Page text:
I think the closest I can come to criticism for this is similar to what one of my issues with Punch Drunk Love was, though since I enjoyed this and hated that it’s obviously not a deal-breaker. I just felt like really, Summer was an object here. The story is Tom’s. You see what he’s doing when Summer isn’t there. You see his misery. And then there’s Summer, who’s had things happen in her life but we weren’t privy to them. The story isn’t hers. Then again, I think that’s part of the point here, and that’s why it succeeded where Punch Drunk Love failed. Because it’s not really the movie’s problem, it’s Tom’s problem. He seems Summer not as a person so much as a goal. As something to attain and something that will make him happy. Not someone – something. And meanwhile Summer is clearly off having a life, with other friends and events and her world does not revolve around him. I do hope that was intentional. If it was, job well done. If it wasn’t, then I’m grumbly.

Overall I have to say I quite enjoyed this movie. It had some nice characterization and it handled some potentially difficult moments well. It presented a romantic comedy in a way that made it not a romantic comedy and therefore made it thoroughly watchable instead of cringe-inducing. It twisted the character tropes and plot cliches around and turned them on their heads. The device used for the last scene might be a little trite, but I’m willing to forgive it in light of the rest of the movie.


July 13, 2011 Posted by | daily reviews | , , , | Leave a comment

(500) Days of Summer

Oh. My. Ghod! Movie number 500 tonight!

July 13, 2011

(500) Days of Summer

Do you know what I enjoy? I enjoy quirky romantic dramedies. I enjoy non-linear storytelling. I enjoy Joseph Gordon-Lovett and Zooey Deschanel. In short – I enjoy movies like this.

Probably what I liked most about this movie was that it did such a great job defying my expectations. There are certain things that one assumes will be true in a romantic comedy about a boy and girl getting together, and even though the opening narration for this movie states outright that this is not a love story I found myself still trying to figure out how the inevitable happy ending was going to come about. I liked that this movie had the strength to tell what feels both like an honest story about what happens when a relationship doesn’t work and a tale of romantic possibilities.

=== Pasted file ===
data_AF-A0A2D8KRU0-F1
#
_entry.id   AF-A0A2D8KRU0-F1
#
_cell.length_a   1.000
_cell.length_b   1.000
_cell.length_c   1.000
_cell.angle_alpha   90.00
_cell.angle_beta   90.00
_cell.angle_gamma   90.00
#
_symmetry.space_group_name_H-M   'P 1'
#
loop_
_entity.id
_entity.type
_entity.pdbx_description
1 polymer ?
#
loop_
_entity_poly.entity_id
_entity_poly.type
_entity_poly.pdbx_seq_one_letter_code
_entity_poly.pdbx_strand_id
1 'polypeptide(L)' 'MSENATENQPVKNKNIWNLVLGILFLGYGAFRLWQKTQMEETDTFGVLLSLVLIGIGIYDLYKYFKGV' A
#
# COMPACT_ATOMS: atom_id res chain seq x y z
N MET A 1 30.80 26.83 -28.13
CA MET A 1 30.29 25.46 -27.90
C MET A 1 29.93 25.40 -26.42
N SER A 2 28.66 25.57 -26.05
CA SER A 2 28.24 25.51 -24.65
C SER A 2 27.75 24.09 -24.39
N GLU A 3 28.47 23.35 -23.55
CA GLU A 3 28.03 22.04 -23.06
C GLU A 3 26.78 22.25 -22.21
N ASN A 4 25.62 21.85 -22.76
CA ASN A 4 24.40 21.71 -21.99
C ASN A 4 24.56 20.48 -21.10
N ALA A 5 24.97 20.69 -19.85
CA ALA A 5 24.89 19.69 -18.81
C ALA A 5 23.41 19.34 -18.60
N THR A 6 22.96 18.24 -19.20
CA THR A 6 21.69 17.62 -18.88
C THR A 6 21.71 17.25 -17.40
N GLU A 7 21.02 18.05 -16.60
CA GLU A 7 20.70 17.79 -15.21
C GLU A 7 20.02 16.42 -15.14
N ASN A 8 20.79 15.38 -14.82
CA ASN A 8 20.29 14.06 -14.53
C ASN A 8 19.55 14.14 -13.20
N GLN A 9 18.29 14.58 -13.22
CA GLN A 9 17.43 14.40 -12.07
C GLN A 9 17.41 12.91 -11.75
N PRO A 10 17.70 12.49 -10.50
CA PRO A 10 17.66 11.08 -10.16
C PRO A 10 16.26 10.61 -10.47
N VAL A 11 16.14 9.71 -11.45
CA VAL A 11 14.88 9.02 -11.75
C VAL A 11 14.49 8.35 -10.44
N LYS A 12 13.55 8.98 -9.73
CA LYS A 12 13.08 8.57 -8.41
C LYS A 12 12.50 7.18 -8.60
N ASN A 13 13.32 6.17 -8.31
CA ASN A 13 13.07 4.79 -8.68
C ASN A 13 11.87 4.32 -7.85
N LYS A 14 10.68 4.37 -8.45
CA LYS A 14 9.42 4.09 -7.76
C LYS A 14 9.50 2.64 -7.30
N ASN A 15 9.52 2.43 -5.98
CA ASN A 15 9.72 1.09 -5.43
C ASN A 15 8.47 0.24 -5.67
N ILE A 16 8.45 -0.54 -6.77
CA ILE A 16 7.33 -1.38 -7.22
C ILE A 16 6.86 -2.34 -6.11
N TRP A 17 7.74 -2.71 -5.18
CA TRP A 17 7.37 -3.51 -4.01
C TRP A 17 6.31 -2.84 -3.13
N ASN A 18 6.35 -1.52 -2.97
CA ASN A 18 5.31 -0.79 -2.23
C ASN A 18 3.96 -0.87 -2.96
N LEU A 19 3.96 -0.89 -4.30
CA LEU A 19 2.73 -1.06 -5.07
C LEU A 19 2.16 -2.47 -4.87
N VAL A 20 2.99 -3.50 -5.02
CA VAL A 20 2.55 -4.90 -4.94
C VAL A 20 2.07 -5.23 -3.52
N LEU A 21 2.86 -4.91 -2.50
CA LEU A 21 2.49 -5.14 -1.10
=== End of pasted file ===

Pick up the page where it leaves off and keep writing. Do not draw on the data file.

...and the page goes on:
This is the story of Tom, who still believes in true love and soul mates, and Summer, who is too young and beautiful to be as bitingly cynical as she actually is. It’s about how they briefly had a wonderful thing going and about what went wrong.

We know that something went wrong because the movie is sort of told from both ends. Early on in the movie we see things falling apart. We see the sad attempts to re-live happier moments before we get to see the happier moments that they’re references to. It lends a sense of pre-ordained tragedy to the movie that we know how things are going to end up – with Tom smashing plates in disconsolate misery. Even so, that’s around day 400, and we know there’s 500 days, so maybe in spite of the opening there is hope for this couple.

This movie is kind of about hope. The undying hope of that hopeless romantic Tom in the face of Summer’s assertion that love doesn’t actually exist. She repeatedly tells him she wants just to be friends, but confuses things by kissing him in the copy room and lying naked in his bed. She’s interested just in having a good time without assigning any labels to it. (Says Tom’s eccentric pal and co-worker McKenzie “Oh, my god, she’s a dude!”)

We mostly see events from Tom’s perspective, which means we get to meet his friends McKenzie (who hasn’t had a girlfriend in years) and Paul (who has had the same girl since grade school) and his awesome and wise far beyond her years sister Alison. They all try to help him as best they can, but he’s caught up in his own issues.

This was exactly the kind of quirky fun movie I thought it was going to be. I will admit that it went to some darker places than I had anticipated, but I appreciated that as well. It reminded me a lot of Amelie – a magical tale of romance, only with a more cynical core. I was tempted, once we were done watching it, to put in Closer as a follow-up, that also being a dramedy with a strange attitude towards the passing of time, but I knew that would just depress me. As it was this was the perfect 500th movie for our daily project.

July 13, 2011 Posted by | daily reviews | , , , , | Leave a comment